Pie Fillings-Three ways to make a fruit pie
As the season of making fruit pie fillings rolls in with holiday baking, I thought it would be fun to share some fun tips on making fruit pies and some different methods in which to cook them.
Last fall I was working from my home kitchen fulfilling some big-time pie orders for corporate catering. I made both mini and regular size pies. There were times I was making 400 mini pies and 6-10 regular size pies an order!
Crazy, doesn’t even begin to tell you how my kitchen looked but I can tell you it sure smelled heavenly despite the pie chaos! Anyway, I learned some great techniques for getting ahead with those big orders that I wanted to share with you.
I made up all the pie crusts, then rolled them into the pie tins and froze the pie shells until ready to fill.
The first two pie filling methods are thickened with a cornstarch slurry where the cornstarch acts to gelatinize (thicken) as well as, give your pie filling a bit of a shine. That’s an extra added plus in my book!
For some food science and pie making, check out my post here on the math behind pie crust.
Cook Juice Method
This method takes a foundation liquid, such juice or water with sugar dissolved and bring it to a boil. A slurry of cornstarch and water are then added to thicken the mixture by bringing it to a boil. This mixture is then removed from the heat and then fruits are added. These fruits consist mostly as your softer fruits like blueberries, strawberries, and raspberries. Also, canned and frozen fruits are used with this method.
A good example of this would be a berry pie, or the classic strawberry pie where the sauce is cooked and poured over the berries. The fruit is not cooked in the sauce to prevent the berries from becoming mushy and doing so allows them to hold their appearance and texture much better.
Cooked Juice/Fruit Method
In this method, it differs slightly by the cooked juice method when liquid is brought to a boil, here fruit is then added. The fruit is cooked with the liquid till just tender. One tip to think about is when you add your fruit, make sure the fruit is uniform in size for it to cook optimally. And, as a general rule the larger the fruit you add, the longer the cooking time will be.
As with this method, it too is also thickened with a cornstarch slurry when brought to a boil.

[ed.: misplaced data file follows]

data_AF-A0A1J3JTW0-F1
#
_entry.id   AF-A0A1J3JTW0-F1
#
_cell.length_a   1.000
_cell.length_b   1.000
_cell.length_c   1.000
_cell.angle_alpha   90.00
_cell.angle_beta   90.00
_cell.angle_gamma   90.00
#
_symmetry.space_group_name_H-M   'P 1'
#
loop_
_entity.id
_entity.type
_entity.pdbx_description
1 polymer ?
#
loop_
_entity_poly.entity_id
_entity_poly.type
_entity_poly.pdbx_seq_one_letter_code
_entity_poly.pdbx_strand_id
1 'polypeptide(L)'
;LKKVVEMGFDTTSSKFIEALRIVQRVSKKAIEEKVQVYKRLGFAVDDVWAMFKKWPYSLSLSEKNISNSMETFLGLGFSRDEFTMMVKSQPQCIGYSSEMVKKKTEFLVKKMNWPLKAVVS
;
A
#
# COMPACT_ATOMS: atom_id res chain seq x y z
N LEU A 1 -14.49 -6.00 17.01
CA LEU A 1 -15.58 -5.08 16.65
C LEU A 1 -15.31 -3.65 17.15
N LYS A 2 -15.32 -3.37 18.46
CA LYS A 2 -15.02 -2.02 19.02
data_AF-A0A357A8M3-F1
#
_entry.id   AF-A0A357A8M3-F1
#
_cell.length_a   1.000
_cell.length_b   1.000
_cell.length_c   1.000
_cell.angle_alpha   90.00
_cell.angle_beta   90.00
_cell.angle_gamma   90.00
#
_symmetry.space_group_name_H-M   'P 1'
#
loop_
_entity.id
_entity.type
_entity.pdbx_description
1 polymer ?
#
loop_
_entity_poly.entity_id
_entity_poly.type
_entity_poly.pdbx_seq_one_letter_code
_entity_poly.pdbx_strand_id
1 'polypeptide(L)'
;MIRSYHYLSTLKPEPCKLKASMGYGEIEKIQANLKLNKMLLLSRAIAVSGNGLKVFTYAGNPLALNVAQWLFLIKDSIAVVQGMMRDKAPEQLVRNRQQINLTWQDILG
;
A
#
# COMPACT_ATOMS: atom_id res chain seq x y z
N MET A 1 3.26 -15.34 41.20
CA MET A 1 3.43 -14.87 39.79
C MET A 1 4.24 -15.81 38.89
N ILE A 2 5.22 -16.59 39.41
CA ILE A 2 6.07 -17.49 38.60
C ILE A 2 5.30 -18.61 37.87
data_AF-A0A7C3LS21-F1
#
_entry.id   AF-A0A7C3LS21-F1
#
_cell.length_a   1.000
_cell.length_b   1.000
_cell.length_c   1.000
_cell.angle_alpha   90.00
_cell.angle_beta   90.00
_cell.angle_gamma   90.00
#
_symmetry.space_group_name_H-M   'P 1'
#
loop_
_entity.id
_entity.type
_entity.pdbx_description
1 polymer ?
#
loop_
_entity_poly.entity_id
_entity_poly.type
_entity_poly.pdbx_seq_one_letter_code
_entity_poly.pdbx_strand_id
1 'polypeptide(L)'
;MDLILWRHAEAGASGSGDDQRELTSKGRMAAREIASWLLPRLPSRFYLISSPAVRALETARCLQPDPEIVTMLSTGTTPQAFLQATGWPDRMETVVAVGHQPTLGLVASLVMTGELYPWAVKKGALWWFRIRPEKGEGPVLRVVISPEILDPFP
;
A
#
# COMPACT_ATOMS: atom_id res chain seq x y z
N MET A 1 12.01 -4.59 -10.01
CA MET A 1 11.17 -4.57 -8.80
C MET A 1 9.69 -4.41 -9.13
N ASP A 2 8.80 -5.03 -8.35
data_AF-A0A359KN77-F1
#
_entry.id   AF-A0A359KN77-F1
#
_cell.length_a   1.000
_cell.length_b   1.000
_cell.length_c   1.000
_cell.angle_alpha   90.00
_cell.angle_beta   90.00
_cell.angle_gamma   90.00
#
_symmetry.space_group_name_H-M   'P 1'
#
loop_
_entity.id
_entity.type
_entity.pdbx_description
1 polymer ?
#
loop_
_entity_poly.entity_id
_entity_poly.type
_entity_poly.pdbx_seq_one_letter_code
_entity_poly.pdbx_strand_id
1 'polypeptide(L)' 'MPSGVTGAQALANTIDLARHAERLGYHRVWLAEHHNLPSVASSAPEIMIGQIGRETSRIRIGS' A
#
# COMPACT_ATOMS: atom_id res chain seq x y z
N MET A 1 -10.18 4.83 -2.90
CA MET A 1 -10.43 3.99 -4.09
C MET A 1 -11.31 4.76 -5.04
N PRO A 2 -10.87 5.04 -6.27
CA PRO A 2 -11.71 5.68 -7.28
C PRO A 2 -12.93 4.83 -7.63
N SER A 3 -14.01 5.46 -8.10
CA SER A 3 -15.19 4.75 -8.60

A good example of this is an apple pie filling I did for my large pie orders. I heated up butter, brown sugar, and water and then added the apples to make a wonderful thick fruit filling. The one advantage to this method is it will allow your pies to cook a bit faster since the fruit has gotten a head start in the cooking process.
Tip: You can also freeze the pie by wrapping in saran wrap and placing in a freezer bag. Just remove from the freezer and add a crumb topping and bake as regular. I place this on the lowest oven rack when baking to make sure the bottom crust gets nice and browned. It will take a few extra minutes since it was frozen.
A great way to make up large quantities of pies.
This method is probably the most used in your kitchen. Basically, it is just mixing fruits with sugar, flour, and other spices then placed in a pie shell and baked.
Flour or cornstarch will act as the thickener in these pies and will do so as it bakes.
The advantage here to this method is it’s definitely the easiest method to assemble. As a general rule, most pies take about 40-60 minutes baked at this method. Pies like apple, cherry, blueberry, and peach come to mind with this common method.
Cooking time will always vary depending on the type of fruit used as the harder fruits like apples and peaches will take longer to bake than cherries and blueberries.
A good example of this method is my blueberry crostata. Where everything is assembled in a bowl and placed in the pie dough ready for the oven. I LOVE blueberry pie, it is probably one of my favorites!!!
What is your favorite pie to bake?